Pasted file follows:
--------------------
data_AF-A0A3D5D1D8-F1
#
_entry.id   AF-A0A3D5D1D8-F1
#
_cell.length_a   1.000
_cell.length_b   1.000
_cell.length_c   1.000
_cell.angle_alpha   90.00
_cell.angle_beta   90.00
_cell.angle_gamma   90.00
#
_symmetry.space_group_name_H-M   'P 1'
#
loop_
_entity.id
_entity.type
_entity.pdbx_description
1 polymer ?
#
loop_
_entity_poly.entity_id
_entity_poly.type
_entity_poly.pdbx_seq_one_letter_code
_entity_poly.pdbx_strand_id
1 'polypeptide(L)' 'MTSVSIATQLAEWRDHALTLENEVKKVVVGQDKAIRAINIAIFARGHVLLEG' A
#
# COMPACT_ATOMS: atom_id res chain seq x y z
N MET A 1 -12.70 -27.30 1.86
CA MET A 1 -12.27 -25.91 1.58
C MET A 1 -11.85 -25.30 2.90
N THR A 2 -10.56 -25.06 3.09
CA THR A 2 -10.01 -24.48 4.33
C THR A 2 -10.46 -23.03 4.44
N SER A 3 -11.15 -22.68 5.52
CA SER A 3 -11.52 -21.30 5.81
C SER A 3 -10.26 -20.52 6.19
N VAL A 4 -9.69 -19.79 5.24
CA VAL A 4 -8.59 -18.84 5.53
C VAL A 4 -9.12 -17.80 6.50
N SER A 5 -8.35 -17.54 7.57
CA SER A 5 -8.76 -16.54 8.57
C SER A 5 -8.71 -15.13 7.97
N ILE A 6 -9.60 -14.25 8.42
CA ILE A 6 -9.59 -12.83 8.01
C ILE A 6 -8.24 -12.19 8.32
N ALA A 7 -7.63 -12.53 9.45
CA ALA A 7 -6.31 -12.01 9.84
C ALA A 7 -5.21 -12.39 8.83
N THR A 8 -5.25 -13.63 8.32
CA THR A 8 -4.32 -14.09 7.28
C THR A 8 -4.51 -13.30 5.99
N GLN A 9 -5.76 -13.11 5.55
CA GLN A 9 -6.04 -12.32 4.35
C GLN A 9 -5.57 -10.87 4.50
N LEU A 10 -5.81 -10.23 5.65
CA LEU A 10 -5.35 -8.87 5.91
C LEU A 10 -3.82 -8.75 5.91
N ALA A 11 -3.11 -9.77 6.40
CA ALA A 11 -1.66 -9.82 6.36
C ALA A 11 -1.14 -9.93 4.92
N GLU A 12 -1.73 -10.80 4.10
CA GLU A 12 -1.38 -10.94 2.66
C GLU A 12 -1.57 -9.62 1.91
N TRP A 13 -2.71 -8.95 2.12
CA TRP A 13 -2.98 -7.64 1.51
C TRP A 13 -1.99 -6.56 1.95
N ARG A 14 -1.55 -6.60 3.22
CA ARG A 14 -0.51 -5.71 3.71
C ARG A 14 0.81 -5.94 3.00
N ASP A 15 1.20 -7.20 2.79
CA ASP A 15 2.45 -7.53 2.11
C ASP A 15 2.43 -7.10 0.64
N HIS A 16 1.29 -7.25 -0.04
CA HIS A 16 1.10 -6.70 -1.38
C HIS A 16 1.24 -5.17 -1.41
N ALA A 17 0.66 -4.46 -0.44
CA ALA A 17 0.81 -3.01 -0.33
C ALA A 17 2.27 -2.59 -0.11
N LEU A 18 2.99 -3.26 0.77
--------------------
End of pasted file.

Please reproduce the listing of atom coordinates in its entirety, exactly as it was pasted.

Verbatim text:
data_AF-A0A3D5D1D8-F1
#
_entry.id   AF-A0A3D5D1D8-F1
#
_cell.length_a   1.000
_cell.length_b   1.000
_cell.length_c   1.000
_cell.angle_alpha   90.00
_cell.angle_beta   90.00
_cell.angle_gamma   90.00
#
_symmetry.space_group_name_H-M   'P 1'
#
loop_
_entity.id
_entity.type
_entity.pdbx_description
1 polymer ?
#
loop_
_entity_poly.entity_id
_entity_poly.type
_entity_poly.pdbx_seq_one_letter_code
_entity_poly.pdbx_strand_id
1 'polypeptide(L)' 'MTSVSIATQLAEWRDHALTLENEVKKVVVGQDKAIRAINIAIFARGHVLLEG' A
#
# COMPACT_ATOMS: atom_id res chain seq x y z
N MET A 1 -12.70 -27.30 1.86
CA MET A 1 -12.27 -25.91 1.58
C MET A 1 -11.85 -25.30 2.90
N THR A 2 -10.56 -25.06 3.09
CA THR A 2 -10.01 -24.48 4.33
C THR A 2 -10.46 -23.03 4.44
N SER A 3 -11.15 -22.68 5.52
CA SER A 3 -11.52 -21.30 5.81
C SER A 3 -10.26 -20.52 6.19
N VAL A 4 -9.69 -19.79 5.24
CA VAL A 4 -8.59 -18.84 5.53
C VAL A 4 -9.12 -17.80 6.50
N SER A 5 -8.35 -17.54 7.57
CA SER A 5 -8.76 -16.54 8.57
C SER A 5 -8.71 -15.13 7.97
N ILE A 6 -9.60 -14.25 8.42
CA ILE A 6 -9.59 -12.83 8.01
C ILE A 6 -8.24 -12.19 8.32
N ALA A 7 -7.63 -12.53 9.45
CA ALA A 7 -6.31 -12.01 9.84
C ALA A 7 -5.21 -12.39 8.83
N THR A 8 -5.25 -13.63 8.32
CA THR A 8 -4.32 -14.09 7.28
C THR A 8 -4.51 -13.30 5.99
N GLN A 9 -5.76 -13.11 5.55
CA GLN A 9 -6.04 -12.32 4.35
C GLN A 9 -5.57 -10.87 4.50
N LEU A 10 -5.81 -10.23 5.65
CA LEU A 10 -5.35 -8.87 5.91
C LEU A 10 -3.82 -8.75 5.91
N ALA A 11 -3.11 -9.77 6.40
CA ALA A 11 -1.66 -9.82 6.36
C ALA A 11 -1.14 -9.93 4.92
N GLU A 12 -1.73 -10.80 4.10
CA GLU A 12 -1.38 -10.94 2.66
C GLU A 12 -1.57 -9.62 1.91
N TRP A 13 -2.71 -8.95 2.12
CA TRP A 13 -2.98 -7.64 1.51
C TRP A 13 -1.99 -6.56 1.95
N ARG A 14 -1.55 -6.60 3.22
CA ARG A 14 -0.51 -5.71 3.71
C ARG A 14 0.81 -5.94 3.00
N ASP A 15 1.20 -7.20 2.79
CA ASP A 15 2.45 -7.53 2.11
C ASP A 15 2.43 -7.10 0.64
N HIS A 16 1.29 -7.25 -0.04
CA HIS A 16 1.10 -6.70 -1.38
C HIS A 16 1.24 -5.17 -1.41
N ALA A 17 0.66 -4.46 -0.44
CA ALA A 17 0.81 -3.01 -0.33
C ALA A 17 2.27 -2.59 -0.11
N LEU A 18 2.99 -3.26 0.77